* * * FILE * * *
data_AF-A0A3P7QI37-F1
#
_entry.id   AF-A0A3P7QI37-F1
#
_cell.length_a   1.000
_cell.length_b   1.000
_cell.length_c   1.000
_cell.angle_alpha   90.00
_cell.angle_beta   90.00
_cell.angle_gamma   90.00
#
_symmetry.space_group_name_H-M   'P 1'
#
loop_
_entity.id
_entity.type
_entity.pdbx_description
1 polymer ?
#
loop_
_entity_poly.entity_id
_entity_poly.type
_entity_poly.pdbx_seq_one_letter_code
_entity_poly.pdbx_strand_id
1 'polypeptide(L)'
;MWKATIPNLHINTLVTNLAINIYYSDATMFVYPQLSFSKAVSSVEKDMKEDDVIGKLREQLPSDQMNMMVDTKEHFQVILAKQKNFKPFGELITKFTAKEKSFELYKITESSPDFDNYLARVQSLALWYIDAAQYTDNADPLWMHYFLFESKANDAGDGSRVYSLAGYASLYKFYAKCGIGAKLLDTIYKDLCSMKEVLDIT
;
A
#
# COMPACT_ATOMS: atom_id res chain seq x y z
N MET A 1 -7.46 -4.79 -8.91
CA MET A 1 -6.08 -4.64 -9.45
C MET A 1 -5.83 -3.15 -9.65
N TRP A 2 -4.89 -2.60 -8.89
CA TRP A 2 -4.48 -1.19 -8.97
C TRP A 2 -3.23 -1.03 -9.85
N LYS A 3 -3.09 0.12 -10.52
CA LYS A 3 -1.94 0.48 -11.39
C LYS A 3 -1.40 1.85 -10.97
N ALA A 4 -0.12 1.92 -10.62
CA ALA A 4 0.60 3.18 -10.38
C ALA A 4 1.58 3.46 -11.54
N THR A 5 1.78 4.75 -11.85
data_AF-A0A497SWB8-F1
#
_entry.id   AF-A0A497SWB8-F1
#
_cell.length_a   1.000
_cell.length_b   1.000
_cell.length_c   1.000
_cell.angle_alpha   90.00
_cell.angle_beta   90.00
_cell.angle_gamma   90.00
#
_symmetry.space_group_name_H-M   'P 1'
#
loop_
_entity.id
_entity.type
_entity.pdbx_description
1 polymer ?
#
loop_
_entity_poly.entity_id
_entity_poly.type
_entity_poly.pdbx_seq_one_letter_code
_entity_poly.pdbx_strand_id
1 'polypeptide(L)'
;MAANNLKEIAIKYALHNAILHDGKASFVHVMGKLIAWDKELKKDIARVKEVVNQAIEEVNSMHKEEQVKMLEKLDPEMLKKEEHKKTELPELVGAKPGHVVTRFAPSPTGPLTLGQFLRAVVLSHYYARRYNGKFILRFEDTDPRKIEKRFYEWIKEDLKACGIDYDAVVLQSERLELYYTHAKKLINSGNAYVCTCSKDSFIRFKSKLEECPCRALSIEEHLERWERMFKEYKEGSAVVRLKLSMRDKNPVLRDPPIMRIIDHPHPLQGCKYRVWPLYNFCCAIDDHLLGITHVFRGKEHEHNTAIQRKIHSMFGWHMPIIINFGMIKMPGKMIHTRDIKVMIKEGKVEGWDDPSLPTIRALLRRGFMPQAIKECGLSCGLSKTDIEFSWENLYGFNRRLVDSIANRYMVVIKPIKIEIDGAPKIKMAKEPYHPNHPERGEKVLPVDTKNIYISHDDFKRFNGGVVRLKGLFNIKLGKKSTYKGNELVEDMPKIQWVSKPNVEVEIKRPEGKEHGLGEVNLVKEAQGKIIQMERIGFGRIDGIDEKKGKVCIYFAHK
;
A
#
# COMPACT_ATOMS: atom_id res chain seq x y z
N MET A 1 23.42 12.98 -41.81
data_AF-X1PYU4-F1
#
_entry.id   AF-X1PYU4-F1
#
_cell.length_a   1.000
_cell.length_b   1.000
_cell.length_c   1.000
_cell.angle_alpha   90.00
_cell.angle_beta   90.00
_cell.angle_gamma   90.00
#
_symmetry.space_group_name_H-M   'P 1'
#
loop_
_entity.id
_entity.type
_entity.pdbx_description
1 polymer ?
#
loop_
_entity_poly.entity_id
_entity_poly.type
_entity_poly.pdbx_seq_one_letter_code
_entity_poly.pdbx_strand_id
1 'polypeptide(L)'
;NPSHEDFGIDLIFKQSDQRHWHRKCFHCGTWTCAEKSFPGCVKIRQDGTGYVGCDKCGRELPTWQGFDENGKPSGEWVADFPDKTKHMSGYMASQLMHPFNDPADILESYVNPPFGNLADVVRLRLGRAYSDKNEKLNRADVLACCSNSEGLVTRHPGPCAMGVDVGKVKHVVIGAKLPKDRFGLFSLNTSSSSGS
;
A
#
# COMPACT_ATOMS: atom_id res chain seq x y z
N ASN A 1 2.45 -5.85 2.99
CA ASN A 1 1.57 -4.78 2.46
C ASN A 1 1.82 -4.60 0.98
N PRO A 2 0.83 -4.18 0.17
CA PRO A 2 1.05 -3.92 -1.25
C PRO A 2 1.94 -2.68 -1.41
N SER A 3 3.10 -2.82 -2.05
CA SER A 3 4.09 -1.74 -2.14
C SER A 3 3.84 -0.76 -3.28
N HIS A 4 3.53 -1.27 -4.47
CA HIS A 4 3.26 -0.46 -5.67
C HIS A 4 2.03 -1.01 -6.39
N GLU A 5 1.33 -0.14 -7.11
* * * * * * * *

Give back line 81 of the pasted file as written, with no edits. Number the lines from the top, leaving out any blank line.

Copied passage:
_cell.length_c   1.000